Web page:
Choosing one’s lottery numbers is a matter of personal choice. Some people go by favoured numbers, birthdays and other significant dates. Others prefer “Lucky Dip” where the lottery machine picks your numbers. There is no sure route to winning, but for various reasons, there are numbers and sequences you should never play. Avoid these lottery numbers.
1, 2, 3, 4, 5, 6
It seems inconceivable that players would do anything other than avoid these lottery numbers. A couple of years ago, the Camelot National Lottery revealed that around 10,000 people play 1-6 ever week. That means with a jackpot of £20m, players will get just £2,000 each. That’s even lower than the average 5+ bonus and most 5 ball matches. This number sequence applies to any consecutive set but most play 1-6.
Avoid the Multiples
Numbers 1-6 and multiples (5. 10, 15, 20, 25, 30) have just as much chance of coming out as any other sequence of numbers. Random draws have no “memory”. However, there is no record of any sequence such as this ever coming out. Couple this with the fact that a large number of people pick their numbers this way and you really should avoid these lottery numbers too.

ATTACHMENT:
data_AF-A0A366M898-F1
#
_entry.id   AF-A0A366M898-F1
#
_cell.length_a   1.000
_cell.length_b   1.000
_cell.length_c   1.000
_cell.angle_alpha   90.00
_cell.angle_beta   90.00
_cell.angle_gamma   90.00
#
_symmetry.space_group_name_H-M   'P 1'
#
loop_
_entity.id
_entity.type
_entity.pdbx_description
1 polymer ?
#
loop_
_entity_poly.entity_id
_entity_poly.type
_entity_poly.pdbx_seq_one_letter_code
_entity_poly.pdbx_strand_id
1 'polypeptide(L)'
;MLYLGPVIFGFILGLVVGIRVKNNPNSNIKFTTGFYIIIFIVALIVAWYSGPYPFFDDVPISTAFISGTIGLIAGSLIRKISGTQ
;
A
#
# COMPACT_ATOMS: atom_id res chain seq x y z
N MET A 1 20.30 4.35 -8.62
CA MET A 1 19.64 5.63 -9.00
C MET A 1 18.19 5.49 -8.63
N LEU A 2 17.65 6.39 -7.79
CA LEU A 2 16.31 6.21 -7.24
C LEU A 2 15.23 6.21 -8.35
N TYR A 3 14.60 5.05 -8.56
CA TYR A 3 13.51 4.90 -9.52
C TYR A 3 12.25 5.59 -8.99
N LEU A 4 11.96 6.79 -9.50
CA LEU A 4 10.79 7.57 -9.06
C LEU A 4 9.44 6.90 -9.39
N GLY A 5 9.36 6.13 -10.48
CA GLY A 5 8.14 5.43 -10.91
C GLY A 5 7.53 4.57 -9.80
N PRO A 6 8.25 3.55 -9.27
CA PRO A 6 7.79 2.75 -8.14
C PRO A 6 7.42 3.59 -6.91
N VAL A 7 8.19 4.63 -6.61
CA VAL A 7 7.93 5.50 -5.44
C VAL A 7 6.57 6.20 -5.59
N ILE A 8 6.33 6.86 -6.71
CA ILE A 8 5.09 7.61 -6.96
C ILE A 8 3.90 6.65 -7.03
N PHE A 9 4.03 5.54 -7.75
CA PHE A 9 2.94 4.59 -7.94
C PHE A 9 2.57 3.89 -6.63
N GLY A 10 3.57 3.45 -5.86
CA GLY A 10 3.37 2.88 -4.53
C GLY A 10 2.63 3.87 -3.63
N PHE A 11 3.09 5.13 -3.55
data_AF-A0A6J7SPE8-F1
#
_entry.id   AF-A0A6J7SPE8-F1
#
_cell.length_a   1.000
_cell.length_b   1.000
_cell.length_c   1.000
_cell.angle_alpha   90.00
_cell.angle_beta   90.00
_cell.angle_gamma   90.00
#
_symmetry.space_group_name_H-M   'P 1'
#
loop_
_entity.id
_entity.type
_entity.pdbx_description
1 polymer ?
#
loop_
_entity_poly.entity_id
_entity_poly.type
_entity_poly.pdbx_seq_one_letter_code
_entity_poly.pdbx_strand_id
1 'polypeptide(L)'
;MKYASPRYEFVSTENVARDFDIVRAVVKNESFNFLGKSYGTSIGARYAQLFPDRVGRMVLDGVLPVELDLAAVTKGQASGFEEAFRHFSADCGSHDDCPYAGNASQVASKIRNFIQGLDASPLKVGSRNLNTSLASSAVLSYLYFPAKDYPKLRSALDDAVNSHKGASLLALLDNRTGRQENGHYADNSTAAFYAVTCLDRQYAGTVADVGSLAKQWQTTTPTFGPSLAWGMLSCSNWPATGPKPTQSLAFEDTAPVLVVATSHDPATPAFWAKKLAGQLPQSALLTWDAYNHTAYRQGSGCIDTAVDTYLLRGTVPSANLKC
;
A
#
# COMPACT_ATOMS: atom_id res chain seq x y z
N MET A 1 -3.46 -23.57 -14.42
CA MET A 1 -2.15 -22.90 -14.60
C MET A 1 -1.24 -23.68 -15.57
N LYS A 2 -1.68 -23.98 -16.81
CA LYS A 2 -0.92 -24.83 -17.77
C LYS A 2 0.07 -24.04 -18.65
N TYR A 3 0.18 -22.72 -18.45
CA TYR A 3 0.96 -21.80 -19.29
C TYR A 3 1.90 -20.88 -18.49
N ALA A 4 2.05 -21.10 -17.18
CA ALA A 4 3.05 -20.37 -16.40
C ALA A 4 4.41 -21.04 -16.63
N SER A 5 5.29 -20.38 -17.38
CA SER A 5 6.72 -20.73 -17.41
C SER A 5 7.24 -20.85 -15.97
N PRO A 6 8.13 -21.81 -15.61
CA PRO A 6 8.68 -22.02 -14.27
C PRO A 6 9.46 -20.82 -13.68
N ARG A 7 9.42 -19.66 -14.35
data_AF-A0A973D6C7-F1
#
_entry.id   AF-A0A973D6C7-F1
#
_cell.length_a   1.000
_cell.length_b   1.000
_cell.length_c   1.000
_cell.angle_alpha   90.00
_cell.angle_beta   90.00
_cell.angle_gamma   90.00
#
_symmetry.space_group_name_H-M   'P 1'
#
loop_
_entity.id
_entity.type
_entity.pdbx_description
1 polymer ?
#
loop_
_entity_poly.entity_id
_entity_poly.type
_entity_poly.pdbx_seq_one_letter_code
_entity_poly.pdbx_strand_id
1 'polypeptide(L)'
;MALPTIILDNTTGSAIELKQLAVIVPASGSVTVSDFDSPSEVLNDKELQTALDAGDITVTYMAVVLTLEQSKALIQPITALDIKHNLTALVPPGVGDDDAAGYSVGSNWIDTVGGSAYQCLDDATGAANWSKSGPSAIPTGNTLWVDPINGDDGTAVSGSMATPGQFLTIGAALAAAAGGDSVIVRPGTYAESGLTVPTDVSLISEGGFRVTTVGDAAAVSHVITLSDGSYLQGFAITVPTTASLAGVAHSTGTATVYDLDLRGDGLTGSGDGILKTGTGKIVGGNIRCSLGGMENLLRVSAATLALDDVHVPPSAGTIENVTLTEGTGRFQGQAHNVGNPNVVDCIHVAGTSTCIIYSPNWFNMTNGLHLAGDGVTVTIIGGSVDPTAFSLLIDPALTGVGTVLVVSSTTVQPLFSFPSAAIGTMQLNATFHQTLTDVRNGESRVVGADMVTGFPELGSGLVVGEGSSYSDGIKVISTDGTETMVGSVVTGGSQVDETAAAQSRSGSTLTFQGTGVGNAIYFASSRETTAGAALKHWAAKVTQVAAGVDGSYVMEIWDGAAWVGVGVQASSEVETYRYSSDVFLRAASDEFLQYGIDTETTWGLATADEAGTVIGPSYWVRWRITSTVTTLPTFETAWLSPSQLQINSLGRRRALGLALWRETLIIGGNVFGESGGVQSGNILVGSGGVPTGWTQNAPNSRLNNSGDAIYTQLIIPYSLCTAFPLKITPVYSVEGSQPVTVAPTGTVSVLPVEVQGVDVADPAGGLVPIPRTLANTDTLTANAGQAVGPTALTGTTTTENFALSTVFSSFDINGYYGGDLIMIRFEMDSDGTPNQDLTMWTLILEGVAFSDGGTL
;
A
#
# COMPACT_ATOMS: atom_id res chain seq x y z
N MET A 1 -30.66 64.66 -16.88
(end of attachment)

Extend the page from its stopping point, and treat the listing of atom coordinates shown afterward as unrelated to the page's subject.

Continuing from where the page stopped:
Sequences that Create Ticket Patterns
Some people read meaning into the ticket on which they fill out their numbers. There is nothing wrong with that, but this method led, in 1995, to 133 people winning the jackpot. The players chose all their numbers from the central column on the National Lottery ticket.
4, 8, 15, 16, 23, 42: Why Avoid These Lottery Numbers?
Fans of the successful American TV series Lost will know these numbers feature prominently. The character “Hurley” won $114m (or around £76m) and the money brought him nothing but bad luck. Even if you’re not superstitious, you should avoid these lottery numbers. In 2011, a similar sequence was drawn in the American Mega Millions. 26,000 people won. Camelot estimates that “thousands” of people play these numbers every week.